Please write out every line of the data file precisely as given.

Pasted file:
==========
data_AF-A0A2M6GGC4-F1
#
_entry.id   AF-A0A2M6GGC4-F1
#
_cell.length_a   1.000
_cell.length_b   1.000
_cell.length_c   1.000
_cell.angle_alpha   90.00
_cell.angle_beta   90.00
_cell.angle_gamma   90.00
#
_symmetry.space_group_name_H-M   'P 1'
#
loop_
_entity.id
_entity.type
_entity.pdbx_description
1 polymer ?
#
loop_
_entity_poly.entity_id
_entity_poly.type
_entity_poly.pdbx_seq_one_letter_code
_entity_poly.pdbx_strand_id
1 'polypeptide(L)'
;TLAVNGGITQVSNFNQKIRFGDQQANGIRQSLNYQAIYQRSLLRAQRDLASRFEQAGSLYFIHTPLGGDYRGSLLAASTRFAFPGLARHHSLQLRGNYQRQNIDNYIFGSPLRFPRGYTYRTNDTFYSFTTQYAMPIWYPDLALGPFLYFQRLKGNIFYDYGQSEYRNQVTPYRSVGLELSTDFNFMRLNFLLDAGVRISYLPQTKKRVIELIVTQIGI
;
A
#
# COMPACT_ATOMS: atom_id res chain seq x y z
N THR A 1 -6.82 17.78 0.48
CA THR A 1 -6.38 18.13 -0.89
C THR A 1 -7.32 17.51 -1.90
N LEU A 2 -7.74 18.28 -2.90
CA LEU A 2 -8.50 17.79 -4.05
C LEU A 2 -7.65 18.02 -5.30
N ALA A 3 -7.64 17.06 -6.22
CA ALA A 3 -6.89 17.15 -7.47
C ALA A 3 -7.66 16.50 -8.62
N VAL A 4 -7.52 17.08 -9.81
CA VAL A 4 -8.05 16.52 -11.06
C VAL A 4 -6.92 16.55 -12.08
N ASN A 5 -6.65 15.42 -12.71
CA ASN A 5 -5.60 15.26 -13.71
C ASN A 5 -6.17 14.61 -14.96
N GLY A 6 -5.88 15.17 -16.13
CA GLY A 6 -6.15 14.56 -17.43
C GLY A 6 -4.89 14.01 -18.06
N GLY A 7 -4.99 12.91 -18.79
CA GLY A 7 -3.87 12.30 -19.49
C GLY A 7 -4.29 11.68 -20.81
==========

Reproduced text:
data_AF-A0A2M6GGC4-F1
#
_entry.id   AF-A0A2M6GGC4-F1
#
_cell.length_a   1.000
_cell.length_b   1.000
_cell.length_c   1.000
_cell.angle_alpha   90.00
_cell.angle_beta   90.00
_cell.angle_gamma   90.00
#
_symmetry.space_group_name_H-M   'P 1'
#
loop_
_entity.id
_entity.type
_entity.pdbx_description
1 polymer ?
#
loop_
_entity_poly.entity_id
_entity_poly.type
_entity_poly.pdbx_seq_one_letter_code
_entity_poly.pdbx_strand_id
1 'polypeptide(L)'
;TLAVNGGITQVSNFNQKIRFGDQQANGIRQSLNYQAIYQRSLLRAQRDLASRFEQAGSLYFIHTPLGGDYRGSLLAASTRFAFPGLARHHSLQLRGNYQRQNIDNYIFGSPLRFPRGYTYRTNDTFYSFTTQYAMPIWYPDLALGPFLYFQRLKGNIFYDYGQSEYRNQVTPYRSVGLELSTDFNFMRLNFLLDAGVRISYLPQTKKRVIELIVTQIGI
;
A
#
# COMPACT_ATOMS: atom_id res chain seq x y z
N THR A 1 -6.82 17.78 0.48
CA THR A 1 -6.38 18.13 -0.89
C THR A 1 -7.32 17.51 -1.90
N LEU A 2 -7.74 18.28 -2.90
CA LEU A 2 -8.50 17.79 -4.05
C LEU A 2 -7.65 18.02 -5.30
N ALA A 3 -7.64 17.06 -6.22
CA ALA A 3 -6.89 17.15 -7.47
C ALA A 3 -7.66 16.50 -8.62
N VAL A 4 -7.52 17.08 -9.81
CA VAL A 4 -8.05 16.52 -11.06
C VAL A 4 -6.92 16.55 -12.08
N ASN A 5 -6.65 15.42 -12.71
CA ASN A 5 -5.60 15.26 -13.71
C ASN A 5 -6.17 14.61 -14.96
N GLY A 6 -5.88 15.17 -16.13
CA GLY A 6 -6.15 14.56 -17.43
C GLY A 6 -4.89 14.01 -18.06
N GLY A 7 -4.99 12.91 -18.79
CA GLY A 7 -3.87 12.30 -19.49
C GLY A 7 -4.29 11.68 -20.81